Google Gears is a browser plug-in to support running web applications offline. It has several components:
A local database. SQLite of course. I can think of many uses for this – whether or not your application needs to work offline. Searching and displaying data from a local database will be quicker than retrieving it remotely. In the current beta, there is no limit to the size of the database you can download or create on the user’s machine.
A Javscript library to enable access to all these goodies.
Synchronization is integral to the Gears concept. The idea is that your web application works the same online and offline; and then when you reconnect, any changes you made offline are transparently synched back to the server. Google’s demo app for Gears is Reader, a blog reader app, but you can see how this would work nicely with Documents and Spreadsheets, removing one of the disincentives for its use. I’m reminded of comments from James Governor and others about the Synchronized Web – cloud storage, but with full offline capability.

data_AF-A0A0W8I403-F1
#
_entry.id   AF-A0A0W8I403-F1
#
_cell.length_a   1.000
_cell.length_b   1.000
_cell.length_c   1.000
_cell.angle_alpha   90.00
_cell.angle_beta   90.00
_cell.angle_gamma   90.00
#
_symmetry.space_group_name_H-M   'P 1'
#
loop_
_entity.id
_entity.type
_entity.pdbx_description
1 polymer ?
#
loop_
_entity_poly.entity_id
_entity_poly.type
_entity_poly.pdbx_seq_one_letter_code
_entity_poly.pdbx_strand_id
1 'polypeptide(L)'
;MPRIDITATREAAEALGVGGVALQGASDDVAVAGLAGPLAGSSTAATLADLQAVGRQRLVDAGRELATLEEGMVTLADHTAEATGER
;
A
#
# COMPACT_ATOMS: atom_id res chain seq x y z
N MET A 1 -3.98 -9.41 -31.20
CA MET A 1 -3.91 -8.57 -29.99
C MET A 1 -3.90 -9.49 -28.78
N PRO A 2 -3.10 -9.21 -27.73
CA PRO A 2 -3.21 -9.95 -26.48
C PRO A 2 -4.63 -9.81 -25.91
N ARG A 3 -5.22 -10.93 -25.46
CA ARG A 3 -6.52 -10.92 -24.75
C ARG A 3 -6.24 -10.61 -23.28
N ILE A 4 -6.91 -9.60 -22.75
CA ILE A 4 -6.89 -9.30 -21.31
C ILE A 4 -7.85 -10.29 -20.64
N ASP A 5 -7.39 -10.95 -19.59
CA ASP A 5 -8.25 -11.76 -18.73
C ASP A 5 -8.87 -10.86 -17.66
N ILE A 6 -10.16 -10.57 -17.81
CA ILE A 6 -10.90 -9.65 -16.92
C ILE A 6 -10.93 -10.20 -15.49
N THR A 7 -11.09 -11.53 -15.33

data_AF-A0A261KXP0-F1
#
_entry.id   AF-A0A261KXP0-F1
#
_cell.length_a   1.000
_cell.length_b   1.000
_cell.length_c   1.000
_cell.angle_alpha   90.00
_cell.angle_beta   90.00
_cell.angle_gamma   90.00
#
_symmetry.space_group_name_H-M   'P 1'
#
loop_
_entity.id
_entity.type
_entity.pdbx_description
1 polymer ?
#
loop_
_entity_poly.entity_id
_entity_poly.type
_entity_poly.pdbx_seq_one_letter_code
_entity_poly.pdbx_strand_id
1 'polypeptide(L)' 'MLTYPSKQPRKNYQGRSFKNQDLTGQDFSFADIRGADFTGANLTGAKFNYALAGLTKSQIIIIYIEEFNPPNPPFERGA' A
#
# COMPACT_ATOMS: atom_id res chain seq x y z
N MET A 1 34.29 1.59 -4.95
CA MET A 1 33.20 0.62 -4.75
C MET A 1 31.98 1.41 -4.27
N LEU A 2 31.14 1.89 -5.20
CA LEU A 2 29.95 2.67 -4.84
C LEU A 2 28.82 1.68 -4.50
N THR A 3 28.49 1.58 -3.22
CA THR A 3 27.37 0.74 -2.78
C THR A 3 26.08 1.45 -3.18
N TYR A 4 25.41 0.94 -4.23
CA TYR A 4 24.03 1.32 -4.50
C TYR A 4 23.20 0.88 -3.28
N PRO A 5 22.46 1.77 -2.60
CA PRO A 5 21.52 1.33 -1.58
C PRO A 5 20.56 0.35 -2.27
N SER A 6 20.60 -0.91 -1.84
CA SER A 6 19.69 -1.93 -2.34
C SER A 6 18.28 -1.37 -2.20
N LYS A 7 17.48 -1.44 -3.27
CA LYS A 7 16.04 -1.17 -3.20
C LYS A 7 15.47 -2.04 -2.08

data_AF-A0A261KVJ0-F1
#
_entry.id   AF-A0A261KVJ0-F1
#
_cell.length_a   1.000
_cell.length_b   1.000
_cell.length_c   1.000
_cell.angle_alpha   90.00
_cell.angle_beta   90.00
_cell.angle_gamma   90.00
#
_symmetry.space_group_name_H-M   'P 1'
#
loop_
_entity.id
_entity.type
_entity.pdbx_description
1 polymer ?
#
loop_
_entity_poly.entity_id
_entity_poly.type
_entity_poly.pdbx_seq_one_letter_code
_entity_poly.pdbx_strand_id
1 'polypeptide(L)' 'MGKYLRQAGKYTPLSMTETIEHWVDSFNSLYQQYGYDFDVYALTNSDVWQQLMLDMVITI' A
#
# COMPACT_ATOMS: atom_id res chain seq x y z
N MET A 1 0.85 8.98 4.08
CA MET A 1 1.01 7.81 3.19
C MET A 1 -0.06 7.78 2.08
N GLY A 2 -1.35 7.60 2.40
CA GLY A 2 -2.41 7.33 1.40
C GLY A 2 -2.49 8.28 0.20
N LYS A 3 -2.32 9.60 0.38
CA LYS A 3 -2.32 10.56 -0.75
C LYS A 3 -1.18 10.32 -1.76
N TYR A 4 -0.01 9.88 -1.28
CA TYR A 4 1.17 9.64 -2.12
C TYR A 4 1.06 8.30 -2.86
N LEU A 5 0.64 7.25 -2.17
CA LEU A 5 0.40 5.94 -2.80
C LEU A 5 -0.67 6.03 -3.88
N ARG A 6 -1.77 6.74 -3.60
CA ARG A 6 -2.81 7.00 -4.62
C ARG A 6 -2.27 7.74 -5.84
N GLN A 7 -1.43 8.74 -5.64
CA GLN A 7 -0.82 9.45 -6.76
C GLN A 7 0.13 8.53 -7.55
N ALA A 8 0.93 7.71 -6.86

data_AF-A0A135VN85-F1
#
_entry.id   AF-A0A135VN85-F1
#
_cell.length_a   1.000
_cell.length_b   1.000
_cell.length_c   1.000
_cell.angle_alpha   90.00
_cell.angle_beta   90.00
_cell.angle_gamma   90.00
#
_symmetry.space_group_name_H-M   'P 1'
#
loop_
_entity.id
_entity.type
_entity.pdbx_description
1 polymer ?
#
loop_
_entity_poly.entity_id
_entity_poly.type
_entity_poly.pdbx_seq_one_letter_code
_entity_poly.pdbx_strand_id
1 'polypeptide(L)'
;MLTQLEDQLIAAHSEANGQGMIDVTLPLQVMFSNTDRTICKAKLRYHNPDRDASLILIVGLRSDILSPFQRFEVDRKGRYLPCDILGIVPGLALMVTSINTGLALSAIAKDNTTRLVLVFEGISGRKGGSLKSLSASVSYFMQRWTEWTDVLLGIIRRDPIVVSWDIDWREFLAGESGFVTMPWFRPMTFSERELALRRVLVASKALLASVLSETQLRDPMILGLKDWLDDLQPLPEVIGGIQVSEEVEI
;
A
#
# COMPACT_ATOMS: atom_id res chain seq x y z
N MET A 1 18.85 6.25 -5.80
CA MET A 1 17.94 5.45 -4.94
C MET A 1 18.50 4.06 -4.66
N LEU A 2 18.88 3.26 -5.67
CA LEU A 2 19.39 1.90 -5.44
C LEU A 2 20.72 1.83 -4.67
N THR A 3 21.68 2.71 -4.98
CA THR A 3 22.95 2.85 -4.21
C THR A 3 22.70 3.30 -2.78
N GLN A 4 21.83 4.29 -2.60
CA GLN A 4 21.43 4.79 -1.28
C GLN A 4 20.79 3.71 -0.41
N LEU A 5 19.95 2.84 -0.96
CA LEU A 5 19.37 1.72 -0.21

Gears vs Apollo
How does Gears impact Adobe, which is promoting offline web applications in the guise of Apollo, desktop applications running on Flash? You can argue this either way. On the one hand, you could say that Gears removes the need for Apollo. Now any web application can work offline. On the other hand, you could say that Gears is not targetting the same space. Apollo is for desktop apps; Gears is for web applications that happen to work offline.
Another twist is that Adobe says it is supporting the Gears API in Apollo. That presumably means Apollo now has a fast embedded SQL database engine, which must be a good thing.